Work carried on as usual during lockdown but greater care was taken with the power tools. We started on an area on our Southern boundary and coppiced some badly damaged Sweet Chestnut. The damage had been caused by both Squirrel and Roe Deer. It is an amazing part of our plot, very secluded, sheltered and has a steep, bare mud bank which faces south.
This is a great habitat for invertebrates and quite unique in our plot. It is also a sun trap with its Southerly aspect. We plan to coppice some more of these damaged Sweet Chestnut this winter, there are at least six more to do in this area.
The plan is to open up this bank area and maintain the growth of Hazel and Chestnut around the length of our lower track. This is to provide Wildlife with a clear corridor to move through. We also coppiced some Hazel, some of the better stems were sold locally as bean poles. The deer damaged Sweet Chestnut stems were still utilised for stakes.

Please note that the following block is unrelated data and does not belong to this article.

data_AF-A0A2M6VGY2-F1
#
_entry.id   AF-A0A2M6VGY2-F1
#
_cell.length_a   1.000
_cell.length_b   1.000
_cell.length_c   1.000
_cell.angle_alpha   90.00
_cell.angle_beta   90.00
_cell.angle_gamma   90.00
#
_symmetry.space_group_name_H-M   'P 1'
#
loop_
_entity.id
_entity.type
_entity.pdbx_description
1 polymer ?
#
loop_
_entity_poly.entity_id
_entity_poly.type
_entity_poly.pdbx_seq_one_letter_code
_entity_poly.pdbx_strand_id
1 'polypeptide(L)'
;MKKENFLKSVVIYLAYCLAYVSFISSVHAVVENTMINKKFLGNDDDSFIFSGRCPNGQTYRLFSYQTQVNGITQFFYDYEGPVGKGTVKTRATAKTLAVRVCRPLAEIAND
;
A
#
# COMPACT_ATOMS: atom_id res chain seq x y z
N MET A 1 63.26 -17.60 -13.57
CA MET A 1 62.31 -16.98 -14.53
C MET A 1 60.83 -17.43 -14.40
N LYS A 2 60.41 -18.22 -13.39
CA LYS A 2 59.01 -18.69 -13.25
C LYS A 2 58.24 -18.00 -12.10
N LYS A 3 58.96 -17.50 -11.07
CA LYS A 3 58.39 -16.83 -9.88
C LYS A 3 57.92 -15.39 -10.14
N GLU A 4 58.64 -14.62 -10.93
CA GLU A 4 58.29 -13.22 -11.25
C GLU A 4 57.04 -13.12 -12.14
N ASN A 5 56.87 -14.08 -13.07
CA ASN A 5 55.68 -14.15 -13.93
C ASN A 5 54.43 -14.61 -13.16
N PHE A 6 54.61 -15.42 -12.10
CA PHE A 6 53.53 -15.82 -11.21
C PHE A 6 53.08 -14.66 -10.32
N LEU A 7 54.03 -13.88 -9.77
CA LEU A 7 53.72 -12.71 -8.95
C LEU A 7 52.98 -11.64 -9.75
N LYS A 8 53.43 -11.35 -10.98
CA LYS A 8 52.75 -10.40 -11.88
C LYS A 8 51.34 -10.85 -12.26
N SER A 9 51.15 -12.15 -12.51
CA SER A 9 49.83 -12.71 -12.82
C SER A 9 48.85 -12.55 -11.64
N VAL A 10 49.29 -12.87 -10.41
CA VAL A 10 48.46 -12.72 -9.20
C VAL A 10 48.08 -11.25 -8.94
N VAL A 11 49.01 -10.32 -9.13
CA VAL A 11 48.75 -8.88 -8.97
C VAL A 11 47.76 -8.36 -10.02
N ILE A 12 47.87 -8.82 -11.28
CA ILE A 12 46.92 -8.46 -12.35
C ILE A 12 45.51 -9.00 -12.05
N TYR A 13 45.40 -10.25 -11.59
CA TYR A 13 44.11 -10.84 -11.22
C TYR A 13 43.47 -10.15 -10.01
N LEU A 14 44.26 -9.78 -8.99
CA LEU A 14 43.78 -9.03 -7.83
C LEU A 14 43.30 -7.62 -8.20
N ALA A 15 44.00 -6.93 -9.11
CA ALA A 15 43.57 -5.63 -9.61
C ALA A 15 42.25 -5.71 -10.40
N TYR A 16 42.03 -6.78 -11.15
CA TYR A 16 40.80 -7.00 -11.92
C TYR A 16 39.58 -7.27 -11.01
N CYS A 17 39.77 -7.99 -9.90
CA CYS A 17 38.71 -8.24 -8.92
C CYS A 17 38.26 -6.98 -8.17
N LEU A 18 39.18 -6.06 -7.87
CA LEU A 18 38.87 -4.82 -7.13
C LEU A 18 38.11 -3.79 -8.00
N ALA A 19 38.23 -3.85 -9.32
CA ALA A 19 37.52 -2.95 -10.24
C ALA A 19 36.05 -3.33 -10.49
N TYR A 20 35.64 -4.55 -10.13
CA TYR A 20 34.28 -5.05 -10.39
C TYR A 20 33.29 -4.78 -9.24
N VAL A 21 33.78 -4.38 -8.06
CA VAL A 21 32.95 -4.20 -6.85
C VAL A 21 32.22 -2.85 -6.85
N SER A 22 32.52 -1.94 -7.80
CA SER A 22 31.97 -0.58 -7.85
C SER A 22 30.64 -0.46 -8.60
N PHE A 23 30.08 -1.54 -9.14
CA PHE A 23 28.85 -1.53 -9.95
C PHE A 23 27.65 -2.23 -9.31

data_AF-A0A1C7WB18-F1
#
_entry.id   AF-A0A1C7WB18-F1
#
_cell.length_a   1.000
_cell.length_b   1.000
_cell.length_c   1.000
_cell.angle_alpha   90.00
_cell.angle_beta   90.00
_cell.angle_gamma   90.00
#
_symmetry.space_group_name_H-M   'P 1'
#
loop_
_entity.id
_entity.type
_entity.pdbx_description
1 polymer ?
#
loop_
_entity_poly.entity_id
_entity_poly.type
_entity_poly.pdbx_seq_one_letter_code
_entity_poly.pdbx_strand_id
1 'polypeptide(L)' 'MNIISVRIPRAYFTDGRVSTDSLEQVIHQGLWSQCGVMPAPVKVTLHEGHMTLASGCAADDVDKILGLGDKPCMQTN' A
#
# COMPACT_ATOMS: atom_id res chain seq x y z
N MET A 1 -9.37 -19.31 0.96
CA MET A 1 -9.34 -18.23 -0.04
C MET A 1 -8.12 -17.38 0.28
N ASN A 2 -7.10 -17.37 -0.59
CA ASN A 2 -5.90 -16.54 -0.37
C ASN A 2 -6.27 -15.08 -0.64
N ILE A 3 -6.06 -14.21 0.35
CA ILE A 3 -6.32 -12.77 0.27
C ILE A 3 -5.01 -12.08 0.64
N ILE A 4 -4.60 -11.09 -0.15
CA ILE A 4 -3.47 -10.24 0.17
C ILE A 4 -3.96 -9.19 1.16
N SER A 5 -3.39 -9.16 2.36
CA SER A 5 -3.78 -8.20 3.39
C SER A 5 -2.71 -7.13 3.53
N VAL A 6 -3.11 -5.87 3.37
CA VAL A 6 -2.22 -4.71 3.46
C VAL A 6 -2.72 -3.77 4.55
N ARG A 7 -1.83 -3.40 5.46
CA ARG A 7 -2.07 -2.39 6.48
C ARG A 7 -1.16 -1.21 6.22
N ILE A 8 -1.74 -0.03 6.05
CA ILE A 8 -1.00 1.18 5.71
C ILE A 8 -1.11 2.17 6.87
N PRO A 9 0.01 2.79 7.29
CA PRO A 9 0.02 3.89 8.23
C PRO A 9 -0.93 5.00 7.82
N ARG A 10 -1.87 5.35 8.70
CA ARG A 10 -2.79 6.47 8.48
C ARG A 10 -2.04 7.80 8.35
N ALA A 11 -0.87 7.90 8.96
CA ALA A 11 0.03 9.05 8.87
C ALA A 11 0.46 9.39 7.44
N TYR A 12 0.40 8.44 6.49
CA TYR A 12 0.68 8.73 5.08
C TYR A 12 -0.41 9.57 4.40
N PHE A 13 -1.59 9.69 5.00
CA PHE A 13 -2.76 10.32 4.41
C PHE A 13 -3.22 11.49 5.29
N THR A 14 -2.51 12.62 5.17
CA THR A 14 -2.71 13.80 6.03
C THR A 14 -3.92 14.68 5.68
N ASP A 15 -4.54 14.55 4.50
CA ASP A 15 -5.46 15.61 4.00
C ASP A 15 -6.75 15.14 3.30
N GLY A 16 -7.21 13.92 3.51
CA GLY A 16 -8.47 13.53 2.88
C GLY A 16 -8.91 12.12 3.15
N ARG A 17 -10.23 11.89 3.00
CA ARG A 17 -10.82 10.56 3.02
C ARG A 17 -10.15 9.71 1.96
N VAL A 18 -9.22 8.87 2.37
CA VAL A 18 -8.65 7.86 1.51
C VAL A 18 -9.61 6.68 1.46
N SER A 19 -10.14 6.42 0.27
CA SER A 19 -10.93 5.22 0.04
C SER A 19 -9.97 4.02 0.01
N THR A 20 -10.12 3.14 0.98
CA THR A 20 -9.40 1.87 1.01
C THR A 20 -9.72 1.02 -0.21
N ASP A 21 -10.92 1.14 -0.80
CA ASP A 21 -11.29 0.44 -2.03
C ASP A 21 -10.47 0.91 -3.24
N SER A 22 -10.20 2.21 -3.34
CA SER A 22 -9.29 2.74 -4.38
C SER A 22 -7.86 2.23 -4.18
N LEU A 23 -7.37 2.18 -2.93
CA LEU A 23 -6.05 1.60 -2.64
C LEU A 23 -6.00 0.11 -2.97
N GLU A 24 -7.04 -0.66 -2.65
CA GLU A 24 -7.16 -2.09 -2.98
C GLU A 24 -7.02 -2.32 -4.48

Compared to other areas our frogs and toads seemed to arrive later this year. It wasn’t until 15th February that I noticed our first frogs in the top pond. Frog spawn started appearing from the 17th and toad spawn from the 22nd.
At the beginning of March we continued with a stretch of dead hedging to the Southern edge of our Douglas fir stand. Dead hedging is a great way of utilising cut brash ( branches and other cut debris). It provides essential habitat and shelter for many species. Wrens love to forage and nest in them.